Timber Frame Homes Summer 2001 | Story by Michael Baxter | Photography by Laurie Dickson
Nestled along the bank of the Gunnison River in southwestern Colorado stands a Scandinavian-styled timber frame home of stucco with clean lines and fine wood details. Though relatively new in its construction and appearance, at the heart of this picturesque escape is an old soul of recycled timbers from industrial structures long forgotten and laid to waste.
Built several years ago by Nancy and Lee Rutherford as a family getaway far from their Gulf Coast home in Corpus Christi, Texas, the 2,300-square-foot house was a perfect choice for the south Texans. “With this incredible timber frame, it’s almost like a cathedral sitting in the woods,” Lee says. “Even today it still gives me a warm feeling, like a new antique.”
Designed by Bob Matthews of Mountain View Technical Services in Lake City, Colorado, the Rutherford house is a two-story timber frame hybrid. “The living room is full timber frame; then the remainder of the first floor area is post-and-beam timber up to the second floor,” Bob says. “Everything above that is conventional, except that we used a structural insulated panel design for both the wall and roof system instead of a stick frame.”
Mike McDowell of San Juan Timberwrights in Arboles, Colorado, created the Douglas fir frame for Nancy and Lee. “We really enjoy working with the old woods,” Mike says. “You may never know exactly where each specific timber came from, but at the time that this project was being done, we had timbers from several old sites on the West Coast in our yard. “It’s most probable that the wood used in this home came from the historic Longview sawmill in Washington and a second mill that was dismantled in Oregon.
“These timbers are mostly old growth that were cut in the days when trees were a lot bigger than they are now,” Mike says. “They are good-quality timbers; plus they’ve been in buildings for 50, sometimes 100 years or more. When we re-mill them, most of their shrinking has been done. It’s been four years since we put that frame in for Nancy and Lee, and you call go up there today and see that all the joinery is just like we cut it in the shop and put it up that day.”
Bob agrees that the choice to use recycled wood was a good one. “It’s gorgeous wood, and being dry, it eliminates any problems that you have with green-timbers,” he says.
The Rutherfords and their three daughters Kate, Lara and Jessica fell in love with the area after several years of volunteering at a nearby summer camp for children with serious illnesses. “We became enamored with Lake City, so in 1992 we began thinking about buying some land and building a home,” Nancy says. “We hadn’t planned on doing much with the property right away, but our kids accused us of wanting to wait until they were grown to build. They said that it wasn’t fair!” So, Bob was hired to begin the design process and the plan was put into motion.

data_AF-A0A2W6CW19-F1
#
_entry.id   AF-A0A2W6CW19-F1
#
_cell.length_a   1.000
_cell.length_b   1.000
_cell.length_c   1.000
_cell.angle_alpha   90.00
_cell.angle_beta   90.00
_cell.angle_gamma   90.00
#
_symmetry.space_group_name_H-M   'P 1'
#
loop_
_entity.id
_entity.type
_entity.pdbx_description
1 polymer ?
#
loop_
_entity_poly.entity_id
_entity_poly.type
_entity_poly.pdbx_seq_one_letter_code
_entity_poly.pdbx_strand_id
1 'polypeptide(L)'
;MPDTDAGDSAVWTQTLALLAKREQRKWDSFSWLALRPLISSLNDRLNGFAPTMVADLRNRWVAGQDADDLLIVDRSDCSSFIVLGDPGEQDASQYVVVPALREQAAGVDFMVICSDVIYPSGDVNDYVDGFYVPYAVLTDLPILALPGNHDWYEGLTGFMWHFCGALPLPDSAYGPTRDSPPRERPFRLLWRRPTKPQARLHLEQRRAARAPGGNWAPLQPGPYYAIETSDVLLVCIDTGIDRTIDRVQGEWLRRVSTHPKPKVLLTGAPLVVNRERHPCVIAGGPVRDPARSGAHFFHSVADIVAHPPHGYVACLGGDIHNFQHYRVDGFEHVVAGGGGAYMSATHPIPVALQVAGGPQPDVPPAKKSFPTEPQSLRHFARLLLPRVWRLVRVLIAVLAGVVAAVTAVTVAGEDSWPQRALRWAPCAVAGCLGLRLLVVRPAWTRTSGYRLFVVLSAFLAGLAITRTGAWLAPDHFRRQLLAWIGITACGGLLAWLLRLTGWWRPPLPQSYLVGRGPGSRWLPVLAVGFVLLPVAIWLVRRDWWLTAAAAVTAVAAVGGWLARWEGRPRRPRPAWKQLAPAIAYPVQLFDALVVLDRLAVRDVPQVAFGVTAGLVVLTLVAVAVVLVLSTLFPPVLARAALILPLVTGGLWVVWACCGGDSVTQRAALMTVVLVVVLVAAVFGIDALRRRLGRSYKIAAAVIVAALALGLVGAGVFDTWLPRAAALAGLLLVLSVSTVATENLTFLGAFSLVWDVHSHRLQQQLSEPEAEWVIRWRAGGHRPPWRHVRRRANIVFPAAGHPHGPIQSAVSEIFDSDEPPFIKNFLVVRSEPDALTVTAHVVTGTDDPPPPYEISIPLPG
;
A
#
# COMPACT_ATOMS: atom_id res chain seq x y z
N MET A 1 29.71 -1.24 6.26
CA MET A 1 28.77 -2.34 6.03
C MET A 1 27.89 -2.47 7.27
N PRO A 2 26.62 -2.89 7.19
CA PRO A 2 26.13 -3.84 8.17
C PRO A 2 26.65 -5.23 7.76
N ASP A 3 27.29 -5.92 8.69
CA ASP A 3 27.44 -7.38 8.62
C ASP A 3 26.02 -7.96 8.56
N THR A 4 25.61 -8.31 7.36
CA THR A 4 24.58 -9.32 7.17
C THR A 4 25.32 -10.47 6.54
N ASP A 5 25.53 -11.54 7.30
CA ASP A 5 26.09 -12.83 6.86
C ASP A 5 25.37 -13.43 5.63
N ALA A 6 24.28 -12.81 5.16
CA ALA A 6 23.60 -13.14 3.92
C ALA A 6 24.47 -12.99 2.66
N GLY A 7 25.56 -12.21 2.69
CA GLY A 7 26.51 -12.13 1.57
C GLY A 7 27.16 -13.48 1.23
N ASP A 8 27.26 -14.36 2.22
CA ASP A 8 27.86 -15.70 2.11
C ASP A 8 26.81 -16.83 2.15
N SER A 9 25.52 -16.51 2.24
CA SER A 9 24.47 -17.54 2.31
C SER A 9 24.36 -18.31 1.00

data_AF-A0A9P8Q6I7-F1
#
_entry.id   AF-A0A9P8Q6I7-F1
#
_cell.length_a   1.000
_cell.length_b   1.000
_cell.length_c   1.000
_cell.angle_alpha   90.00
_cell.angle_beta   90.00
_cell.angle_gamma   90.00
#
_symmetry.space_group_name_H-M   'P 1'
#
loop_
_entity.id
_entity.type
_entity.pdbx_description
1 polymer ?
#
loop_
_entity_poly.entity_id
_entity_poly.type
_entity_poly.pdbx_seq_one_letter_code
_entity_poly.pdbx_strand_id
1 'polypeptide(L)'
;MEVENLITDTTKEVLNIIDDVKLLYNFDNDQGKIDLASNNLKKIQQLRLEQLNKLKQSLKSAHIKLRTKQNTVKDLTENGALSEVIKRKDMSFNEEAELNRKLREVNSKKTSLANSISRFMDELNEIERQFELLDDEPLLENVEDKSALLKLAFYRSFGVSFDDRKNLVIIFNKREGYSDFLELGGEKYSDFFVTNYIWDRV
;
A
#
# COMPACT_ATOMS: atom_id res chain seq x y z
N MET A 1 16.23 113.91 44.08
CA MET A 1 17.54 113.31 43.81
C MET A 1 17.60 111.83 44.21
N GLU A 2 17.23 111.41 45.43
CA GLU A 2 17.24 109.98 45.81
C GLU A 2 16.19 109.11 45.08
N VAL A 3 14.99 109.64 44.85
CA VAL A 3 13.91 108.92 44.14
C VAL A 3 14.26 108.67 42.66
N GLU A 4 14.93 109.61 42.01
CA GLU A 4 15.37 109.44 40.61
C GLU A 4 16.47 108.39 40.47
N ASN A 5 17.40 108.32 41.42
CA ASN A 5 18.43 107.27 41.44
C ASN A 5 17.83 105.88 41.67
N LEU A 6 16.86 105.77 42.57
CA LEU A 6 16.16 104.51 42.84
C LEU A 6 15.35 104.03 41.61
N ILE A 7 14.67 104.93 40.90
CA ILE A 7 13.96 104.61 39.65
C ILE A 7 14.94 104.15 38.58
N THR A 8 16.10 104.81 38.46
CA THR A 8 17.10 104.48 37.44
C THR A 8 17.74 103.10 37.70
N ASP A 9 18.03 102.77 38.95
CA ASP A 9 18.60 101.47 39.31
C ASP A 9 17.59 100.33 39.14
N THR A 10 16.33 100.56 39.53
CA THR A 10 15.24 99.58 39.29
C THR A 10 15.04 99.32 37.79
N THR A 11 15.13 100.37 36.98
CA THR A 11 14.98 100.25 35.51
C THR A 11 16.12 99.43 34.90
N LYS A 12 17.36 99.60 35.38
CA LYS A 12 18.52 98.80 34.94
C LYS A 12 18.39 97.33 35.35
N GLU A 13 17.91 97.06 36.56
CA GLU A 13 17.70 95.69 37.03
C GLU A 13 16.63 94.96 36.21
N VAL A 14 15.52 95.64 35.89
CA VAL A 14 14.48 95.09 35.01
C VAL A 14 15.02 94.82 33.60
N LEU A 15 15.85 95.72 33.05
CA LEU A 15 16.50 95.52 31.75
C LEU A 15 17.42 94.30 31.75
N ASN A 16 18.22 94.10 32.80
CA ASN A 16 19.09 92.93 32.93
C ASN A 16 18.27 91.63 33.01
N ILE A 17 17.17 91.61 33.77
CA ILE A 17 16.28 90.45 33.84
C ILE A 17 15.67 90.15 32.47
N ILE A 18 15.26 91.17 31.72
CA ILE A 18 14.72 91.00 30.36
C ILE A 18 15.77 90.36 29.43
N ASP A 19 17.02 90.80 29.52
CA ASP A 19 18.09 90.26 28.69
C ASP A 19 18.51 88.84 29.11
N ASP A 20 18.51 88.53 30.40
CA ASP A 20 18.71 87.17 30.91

Tagged to oversee the construction was local contractor Allen Brown, owner of AB Construction. “We had a few challenges during construction,” Allen says. It had the timber frame with stress skin panels on the walls and roof, part of it was traditional construction; then there was stucco on the outside with wood accents. I think that they combined everything that they could think of out there! But then that’s what made it fun!”
Thought not a large home, the open concept makes it appear more spacious. ” Downstairs we have the master bedroom and bath, living room, dining room and kitchen,” Nancy says. “Upstairs are two more bedrooms, the loft and a smaller attic room.”
Flanked on either side by windows, the centerpiece of the living room is the floor-to-ceiling cultured stone fireplace. “The man who did the stonework in the house is a real artist,” Lee says. “Fritz Mock graduated from one of the Ivy League schools and yet he has found his life’s vocation as a stone mason in a town of 300 people in Colorado.”
The cultured stones are in an assortment of earth tones chosen to complement the wood around them. Below, the red limestone hearth matches the spacious patio overlooking the river. A recycled timber matching the frame was used for the mantel.
A durable, weather-resistant stucco finish was chosen for most of the exterior, with a 3-foot band of cultured stone, similar to the fireplace, wrapping the base of the building.
“It’s a huge change from living at the beach,” Lee says. “In south Texas, the highest point we have is a bluff that’s probably 20-feet high, and in the summer the humidity is 100 percent and it’s 95 degrees. Our Colorado home is a very soul-satisfying place. It;s just a nice place to be.”
Timber frame producer: San Juan Timberwrights
Bedroom quilt, Tiffany lamp, dining room dishes, living room vases and throw blanket: Overland Ranch Store
Designer: Mountain View Technical Services
General contractor/builder: A. B. Construction Inc.
Kitchen cabinetry: Highland Woodworks
Masonry: Fritz Mock